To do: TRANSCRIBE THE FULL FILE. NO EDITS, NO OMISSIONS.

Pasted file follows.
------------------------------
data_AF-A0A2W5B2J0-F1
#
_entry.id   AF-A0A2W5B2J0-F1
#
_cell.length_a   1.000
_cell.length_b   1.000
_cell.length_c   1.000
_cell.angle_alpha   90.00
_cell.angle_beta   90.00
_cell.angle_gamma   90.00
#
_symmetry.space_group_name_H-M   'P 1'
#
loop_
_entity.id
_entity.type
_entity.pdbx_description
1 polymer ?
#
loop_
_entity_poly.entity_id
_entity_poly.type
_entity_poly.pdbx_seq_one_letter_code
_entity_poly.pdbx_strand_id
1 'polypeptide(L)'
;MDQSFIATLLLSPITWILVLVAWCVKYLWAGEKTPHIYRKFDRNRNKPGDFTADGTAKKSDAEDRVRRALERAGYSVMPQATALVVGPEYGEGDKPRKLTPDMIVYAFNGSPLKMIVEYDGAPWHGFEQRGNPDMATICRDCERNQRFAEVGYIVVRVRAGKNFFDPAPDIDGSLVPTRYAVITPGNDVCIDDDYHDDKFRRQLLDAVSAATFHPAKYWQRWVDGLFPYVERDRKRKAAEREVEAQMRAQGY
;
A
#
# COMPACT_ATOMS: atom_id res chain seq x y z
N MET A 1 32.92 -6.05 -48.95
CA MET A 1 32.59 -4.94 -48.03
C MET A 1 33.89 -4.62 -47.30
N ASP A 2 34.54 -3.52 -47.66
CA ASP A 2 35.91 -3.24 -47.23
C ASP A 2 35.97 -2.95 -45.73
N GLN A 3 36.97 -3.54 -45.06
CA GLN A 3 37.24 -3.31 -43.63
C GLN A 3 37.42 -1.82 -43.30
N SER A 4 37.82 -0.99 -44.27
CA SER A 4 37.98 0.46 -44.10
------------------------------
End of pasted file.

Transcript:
data_AF-A0A2W5B2J0-F1
#
_entry.id   AF-A0A2W5B2J0-F1
#
_cell.length_a   1.000
_cell.length_b   1.000
_cell.length_c   1.000
_cell.angle_alpha   90.00
_cell.angle_beta   90.00
_cell.angle_gamma   90.00
#
_symmetry.space_group_name_H-M   'P 1'
#
loop_
_entity.id
_entity.type
_entity.pdbx_description
1 polymer ?
#
loop_
_entity_poly.entity_id
_entity_poly.type
_entity_poly.pdbx_seq_one_letter_code
_entity_poly.pdbx_strand_id
1 'polypeptide(L)'
;MDQSFIATLLLSPITWILVLVAWCVKYLWAGEKTPHIYRKFDRNRNKPGDFTADGTAKKSDAEDRVRRALERAGYSVMPQATALVVGPEYGEGDKPRKLTPDMIVYAFNGSPLKMIVEYDGAPWHGFEQRGNPDMATICRDCERNQRFAEVGYIVVRVRAGKNFFDPAPDIDGSLVPTRYAVITPGNDVCIDDDYHDDKFRRQLLDAVSAATFHPAKYWQRWVDGLFPYVERDRKRKAAEREVEAQMRAQGY
;
A
#
# COMPACT_ATOMS: atom_id res chain seq x y z
N MET A 1 32.92 -6.05 -48.95
CA MET A 1 32.59 -4.94 -48.03
C MET A 1 33.89 -4.62 -47.30
N ASP A 2 34.54 -3.52 -47.66
CA ASP A 2 35.91 -3.24 -47.23
C ASP A 2 35.97 -2.95 -45.73
N GLN A 3 36.97 -3.54 -45.06
CA GLN A 3 37.24 -3.31 -43.63
C GLN A 3 37.42 -1.82 -43.30
N SER A 4 37.82 -0.99 -44.27
CA SER A 4 37.98 0.46 -44.10